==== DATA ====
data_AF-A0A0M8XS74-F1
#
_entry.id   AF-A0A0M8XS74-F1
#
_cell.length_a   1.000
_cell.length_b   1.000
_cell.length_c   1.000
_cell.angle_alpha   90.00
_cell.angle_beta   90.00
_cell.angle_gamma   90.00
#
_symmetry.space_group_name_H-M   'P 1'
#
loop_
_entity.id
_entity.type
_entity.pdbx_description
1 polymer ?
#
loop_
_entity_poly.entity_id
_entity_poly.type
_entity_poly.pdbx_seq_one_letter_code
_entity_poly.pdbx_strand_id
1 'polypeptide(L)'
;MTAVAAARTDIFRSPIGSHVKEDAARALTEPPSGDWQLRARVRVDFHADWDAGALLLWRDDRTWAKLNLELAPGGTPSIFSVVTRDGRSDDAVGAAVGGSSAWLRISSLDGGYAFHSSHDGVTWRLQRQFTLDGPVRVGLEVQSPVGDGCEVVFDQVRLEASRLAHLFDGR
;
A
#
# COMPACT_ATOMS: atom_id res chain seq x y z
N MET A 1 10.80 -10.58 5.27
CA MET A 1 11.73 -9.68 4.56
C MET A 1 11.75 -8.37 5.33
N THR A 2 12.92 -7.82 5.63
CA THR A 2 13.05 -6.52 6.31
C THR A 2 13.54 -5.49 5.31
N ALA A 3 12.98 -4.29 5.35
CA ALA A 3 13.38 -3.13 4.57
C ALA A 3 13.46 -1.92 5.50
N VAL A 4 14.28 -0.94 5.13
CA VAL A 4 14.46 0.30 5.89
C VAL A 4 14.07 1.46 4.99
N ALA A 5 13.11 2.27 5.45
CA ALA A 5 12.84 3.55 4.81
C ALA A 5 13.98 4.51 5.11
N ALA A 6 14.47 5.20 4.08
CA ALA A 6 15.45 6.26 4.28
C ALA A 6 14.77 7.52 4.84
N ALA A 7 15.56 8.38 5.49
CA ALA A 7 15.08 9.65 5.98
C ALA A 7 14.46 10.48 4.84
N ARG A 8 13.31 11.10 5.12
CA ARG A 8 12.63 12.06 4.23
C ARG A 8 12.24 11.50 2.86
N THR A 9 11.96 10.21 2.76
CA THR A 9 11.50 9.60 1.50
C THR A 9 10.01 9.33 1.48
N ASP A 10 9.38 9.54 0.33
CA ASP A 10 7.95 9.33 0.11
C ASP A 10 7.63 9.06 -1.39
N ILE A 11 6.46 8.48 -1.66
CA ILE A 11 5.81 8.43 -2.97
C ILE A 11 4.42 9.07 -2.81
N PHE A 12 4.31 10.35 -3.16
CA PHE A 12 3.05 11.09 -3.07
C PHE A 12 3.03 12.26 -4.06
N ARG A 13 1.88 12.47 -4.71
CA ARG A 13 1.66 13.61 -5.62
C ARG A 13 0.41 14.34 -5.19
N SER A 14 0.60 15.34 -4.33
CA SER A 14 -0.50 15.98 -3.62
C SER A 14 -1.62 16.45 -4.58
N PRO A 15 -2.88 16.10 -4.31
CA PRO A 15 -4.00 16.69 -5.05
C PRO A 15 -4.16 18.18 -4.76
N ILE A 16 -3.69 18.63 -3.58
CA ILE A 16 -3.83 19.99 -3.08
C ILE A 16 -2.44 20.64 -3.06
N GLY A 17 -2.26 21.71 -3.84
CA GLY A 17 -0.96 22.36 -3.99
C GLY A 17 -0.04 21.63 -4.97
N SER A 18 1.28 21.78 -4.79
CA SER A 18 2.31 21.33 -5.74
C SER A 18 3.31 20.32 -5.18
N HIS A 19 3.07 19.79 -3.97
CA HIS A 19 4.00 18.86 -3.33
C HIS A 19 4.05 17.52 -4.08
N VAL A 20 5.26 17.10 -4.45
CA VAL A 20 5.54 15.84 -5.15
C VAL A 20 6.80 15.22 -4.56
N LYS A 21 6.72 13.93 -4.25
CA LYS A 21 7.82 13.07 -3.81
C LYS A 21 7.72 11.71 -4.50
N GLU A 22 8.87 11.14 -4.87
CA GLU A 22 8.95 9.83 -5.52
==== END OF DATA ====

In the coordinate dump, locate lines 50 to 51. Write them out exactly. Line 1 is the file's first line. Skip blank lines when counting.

CA ALA A 7 15.08 9.65 5.98
C ALA A 7 14.46 10.48 4.84